Original Date: 04/24/2006
Revision Date: / /
Information : Inventory Management
Midwest Metal Products instituted a process that improved its inventory management and purchasing practices, resulting in higher inventory turns and fewer problems due to unavailable parts.
Prior to 2004, the inventory management process at Midwest Metal Products (MMP) was ineffective. Hardware shortages, missed production schedules, excessive expediting and freight costs, high levels of inventory, and late deliveries to customers were all indicators that the process was not working.
A review of inventory management practices was conducted to identify how to solve the problems and introduce improvements. The new process for inventory counts was to use a cycle count system to replace the annual physical inventory. MMP chose to use a classification system that ensures high-value items and frequently used items are counted on a regular basis. The new process also includes changes in the reorder points. Minimum, maximum, and safety-stock levels are reviewed and adjusted based on demand and supplier lead-times, including transit time. As changes in supplier lead-times or demand occurs, the reorder points are adjusted accordingly. Purchasing practices have been implemented to ensure availability on high-volume or long lead-time items. Blanket purchase orders are placed, stocking programs are established, and consignment programs are used. MMP is in the process of creating an automated system to calculate future demand directly from the forecasts of its major customers. This information will be provided to MMP’s suppliers.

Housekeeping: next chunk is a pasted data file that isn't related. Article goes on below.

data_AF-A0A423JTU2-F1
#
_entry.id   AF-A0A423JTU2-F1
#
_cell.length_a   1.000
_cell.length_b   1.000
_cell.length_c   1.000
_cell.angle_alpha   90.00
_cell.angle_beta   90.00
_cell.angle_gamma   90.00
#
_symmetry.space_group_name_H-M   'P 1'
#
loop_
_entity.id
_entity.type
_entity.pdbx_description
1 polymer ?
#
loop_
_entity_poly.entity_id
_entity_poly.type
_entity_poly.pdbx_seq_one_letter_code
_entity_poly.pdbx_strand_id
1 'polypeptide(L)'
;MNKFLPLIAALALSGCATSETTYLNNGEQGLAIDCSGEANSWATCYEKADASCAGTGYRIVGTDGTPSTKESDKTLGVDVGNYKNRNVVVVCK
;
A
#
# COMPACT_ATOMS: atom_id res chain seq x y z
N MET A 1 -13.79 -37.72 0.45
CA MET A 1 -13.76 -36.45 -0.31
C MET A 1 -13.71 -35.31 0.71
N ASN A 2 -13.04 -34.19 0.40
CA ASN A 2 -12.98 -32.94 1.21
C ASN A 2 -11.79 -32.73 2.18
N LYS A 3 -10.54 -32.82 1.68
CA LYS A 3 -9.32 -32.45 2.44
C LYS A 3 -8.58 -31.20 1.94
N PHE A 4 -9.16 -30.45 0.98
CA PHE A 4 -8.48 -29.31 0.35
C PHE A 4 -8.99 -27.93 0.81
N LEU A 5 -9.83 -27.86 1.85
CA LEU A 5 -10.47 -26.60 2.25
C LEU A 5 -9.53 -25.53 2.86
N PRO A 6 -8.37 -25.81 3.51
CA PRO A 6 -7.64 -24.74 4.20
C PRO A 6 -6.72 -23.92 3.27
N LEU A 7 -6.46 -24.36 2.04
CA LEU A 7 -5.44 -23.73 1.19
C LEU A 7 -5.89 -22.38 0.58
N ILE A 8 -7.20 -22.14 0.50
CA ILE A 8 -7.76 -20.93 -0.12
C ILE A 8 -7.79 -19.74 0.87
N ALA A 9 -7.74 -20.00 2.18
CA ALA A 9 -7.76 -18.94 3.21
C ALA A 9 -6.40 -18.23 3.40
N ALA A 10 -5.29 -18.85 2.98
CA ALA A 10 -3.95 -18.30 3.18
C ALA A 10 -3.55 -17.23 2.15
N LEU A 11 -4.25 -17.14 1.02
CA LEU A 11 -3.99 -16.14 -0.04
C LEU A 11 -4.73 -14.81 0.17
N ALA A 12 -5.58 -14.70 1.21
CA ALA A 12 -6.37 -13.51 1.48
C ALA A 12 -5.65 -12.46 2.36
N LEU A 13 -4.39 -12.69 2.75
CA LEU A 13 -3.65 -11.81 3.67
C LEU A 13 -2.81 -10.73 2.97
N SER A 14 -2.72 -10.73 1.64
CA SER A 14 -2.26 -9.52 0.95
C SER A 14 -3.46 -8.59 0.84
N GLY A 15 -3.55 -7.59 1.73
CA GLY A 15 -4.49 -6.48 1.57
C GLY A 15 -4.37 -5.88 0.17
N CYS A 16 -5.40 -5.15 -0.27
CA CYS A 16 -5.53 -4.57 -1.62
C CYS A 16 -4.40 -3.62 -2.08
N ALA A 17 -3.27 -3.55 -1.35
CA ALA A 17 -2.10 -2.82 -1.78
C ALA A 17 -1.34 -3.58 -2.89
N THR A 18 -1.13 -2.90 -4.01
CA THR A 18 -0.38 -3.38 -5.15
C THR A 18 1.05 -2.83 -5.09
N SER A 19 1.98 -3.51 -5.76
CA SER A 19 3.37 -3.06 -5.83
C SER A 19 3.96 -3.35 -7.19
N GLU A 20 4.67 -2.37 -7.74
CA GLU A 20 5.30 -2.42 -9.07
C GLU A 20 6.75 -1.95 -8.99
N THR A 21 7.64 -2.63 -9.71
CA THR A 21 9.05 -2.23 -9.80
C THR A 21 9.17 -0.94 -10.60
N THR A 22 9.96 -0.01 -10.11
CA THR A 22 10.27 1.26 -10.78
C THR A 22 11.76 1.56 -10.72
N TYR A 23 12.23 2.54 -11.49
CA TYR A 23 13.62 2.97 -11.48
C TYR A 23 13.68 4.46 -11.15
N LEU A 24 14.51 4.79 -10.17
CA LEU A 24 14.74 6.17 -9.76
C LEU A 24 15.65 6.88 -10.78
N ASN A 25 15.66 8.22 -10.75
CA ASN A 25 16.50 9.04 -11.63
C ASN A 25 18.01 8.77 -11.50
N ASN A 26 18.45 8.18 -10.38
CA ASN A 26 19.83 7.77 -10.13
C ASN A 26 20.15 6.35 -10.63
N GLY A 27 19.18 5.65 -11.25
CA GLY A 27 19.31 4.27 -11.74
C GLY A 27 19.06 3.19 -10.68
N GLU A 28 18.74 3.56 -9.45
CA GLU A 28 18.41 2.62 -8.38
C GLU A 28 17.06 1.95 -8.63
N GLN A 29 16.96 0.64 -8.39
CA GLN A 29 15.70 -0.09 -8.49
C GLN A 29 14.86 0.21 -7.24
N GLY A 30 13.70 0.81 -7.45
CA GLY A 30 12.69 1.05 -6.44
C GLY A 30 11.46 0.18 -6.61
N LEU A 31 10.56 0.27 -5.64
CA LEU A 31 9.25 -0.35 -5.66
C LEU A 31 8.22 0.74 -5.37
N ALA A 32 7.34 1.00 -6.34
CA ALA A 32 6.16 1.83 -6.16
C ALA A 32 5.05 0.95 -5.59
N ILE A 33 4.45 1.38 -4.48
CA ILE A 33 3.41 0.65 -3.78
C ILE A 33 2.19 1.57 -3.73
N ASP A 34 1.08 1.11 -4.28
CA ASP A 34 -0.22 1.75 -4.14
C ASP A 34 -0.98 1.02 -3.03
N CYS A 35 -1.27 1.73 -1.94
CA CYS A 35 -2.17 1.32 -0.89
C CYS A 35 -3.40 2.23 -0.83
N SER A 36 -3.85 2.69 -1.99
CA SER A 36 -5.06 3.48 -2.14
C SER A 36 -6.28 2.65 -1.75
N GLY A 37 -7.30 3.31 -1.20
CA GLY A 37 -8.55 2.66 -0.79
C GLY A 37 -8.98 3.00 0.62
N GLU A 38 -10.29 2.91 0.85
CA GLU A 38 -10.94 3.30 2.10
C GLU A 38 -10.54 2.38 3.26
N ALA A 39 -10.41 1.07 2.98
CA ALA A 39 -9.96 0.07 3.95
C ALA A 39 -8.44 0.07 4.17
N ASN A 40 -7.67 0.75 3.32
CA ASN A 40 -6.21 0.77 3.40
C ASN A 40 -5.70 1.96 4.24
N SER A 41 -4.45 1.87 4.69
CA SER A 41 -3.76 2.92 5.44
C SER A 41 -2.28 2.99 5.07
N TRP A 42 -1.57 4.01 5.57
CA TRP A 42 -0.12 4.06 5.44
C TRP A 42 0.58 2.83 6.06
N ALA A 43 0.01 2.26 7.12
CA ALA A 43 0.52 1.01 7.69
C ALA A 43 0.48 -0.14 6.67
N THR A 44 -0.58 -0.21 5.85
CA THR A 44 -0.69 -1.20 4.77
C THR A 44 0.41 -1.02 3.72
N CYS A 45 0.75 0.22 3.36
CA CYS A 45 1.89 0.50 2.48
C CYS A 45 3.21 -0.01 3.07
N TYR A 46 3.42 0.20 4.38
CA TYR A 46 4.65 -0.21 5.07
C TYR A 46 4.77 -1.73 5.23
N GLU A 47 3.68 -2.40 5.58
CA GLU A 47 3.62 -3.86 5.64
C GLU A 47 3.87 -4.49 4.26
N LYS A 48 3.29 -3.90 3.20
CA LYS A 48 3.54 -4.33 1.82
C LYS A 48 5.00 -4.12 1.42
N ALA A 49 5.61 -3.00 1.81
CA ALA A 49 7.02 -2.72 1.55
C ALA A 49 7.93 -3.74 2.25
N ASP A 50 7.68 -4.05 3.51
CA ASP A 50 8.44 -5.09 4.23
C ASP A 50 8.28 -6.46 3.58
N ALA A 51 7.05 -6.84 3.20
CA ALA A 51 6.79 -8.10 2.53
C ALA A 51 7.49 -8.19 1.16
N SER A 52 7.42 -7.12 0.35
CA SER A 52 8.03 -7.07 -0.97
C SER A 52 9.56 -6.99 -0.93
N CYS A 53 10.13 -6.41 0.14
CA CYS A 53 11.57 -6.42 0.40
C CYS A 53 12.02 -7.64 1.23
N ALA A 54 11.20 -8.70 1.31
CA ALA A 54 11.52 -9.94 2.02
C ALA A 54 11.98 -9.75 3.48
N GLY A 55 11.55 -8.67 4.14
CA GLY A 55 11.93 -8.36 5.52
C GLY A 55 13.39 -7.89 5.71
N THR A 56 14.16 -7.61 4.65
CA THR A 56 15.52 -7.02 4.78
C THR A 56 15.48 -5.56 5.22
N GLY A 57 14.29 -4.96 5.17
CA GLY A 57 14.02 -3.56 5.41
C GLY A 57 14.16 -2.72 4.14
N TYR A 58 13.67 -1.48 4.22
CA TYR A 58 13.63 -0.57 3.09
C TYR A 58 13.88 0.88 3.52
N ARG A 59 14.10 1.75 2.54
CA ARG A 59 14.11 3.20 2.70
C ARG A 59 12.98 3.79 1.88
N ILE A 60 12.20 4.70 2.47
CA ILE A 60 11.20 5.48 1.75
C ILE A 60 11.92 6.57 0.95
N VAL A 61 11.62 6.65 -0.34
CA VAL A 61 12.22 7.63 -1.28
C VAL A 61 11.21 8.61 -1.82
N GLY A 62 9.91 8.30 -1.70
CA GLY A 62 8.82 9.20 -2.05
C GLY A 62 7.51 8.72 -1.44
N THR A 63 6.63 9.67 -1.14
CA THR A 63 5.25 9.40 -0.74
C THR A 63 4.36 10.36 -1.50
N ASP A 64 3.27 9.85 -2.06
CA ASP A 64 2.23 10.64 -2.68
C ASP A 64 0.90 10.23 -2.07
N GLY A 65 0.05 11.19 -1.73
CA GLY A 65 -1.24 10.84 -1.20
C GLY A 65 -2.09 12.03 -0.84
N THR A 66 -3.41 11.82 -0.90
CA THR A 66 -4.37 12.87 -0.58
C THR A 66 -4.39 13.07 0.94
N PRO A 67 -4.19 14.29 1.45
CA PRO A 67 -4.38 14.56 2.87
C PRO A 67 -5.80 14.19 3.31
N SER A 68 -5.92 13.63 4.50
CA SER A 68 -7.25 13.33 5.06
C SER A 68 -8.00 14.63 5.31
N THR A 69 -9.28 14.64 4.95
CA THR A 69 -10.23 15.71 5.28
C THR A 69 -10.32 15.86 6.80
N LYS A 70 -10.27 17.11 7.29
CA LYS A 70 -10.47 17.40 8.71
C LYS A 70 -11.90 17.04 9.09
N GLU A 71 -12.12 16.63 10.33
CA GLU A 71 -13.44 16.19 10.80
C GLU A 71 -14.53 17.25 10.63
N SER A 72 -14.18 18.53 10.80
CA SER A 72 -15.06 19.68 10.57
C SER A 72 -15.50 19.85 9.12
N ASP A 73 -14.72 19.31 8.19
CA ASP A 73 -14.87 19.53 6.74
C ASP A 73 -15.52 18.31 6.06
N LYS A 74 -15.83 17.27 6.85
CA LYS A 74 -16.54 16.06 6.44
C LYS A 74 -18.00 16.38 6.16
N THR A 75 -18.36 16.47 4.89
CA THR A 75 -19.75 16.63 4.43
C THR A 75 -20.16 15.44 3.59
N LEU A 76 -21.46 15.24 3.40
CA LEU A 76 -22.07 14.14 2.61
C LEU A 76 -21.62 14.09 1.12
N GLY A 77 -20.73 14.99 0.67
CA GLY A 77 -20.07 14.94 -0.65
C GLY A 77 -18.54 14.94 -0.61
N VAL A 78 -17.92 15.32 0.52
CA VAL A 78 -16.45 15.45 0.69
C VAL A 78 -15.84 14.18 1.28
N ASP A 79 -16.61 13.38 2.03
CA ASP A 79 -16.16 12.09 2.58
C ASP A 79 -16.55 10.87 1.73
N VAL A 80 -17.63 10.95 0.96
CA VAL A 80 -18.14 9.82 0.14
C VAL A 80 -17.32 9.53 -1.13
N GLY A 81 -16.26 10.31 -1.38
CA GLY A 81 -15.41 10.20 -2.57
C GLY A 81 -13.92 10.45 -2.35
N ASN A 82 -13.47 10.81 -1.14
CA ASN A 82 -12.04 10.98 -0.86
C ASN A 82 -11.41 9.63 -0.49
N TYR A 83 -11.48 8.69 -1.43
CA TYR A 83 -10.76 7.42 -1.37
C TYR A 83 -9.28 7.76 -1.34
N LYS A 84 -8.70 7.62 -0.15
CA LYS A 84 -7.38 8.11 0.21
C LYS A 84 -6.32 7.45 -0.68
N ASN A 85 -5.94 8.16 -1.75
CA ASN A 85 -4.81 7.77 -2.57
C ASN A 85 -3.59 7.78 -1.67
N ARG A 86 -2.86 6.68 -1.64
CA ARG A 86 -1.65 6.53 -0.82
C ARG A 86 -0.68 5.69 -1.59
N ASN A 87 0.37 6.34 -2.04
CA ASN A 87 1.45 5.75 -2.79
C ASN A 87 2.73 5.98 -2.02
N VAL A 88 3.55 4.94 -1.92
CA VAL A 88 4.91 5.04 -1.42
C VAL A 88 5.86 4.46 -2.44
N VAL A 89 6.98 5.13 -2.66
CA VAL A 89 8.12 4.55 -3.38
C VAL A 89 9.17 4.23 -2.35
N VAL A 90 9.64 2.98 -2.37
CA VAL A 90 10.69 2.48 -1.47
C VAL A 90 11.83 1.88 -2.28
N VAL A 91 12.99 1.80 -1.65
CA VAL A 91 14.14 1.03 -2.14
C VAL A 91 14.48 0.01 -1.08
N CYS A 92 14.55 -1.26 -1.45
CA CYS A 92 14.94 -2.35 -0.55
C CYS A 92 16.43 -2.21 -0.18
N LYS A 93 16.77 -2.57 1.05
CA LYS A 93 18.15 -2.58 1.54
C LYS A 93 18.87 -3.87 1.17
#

Improvements to inventory management and purchasing practices have resulted in a much-improved inventory accuracy with fewer stock-outs. Costs have been reduced and lower levels of inventory are required. Hardware inventory turns have increased from 4.2 to 8.8 turns per year, and raw material inventory turns have increased from 11.93 to 20 turns per year. Missed deliveries due to late supplier deliveries were reduced from 18 in 2003 to 6 in 2005.
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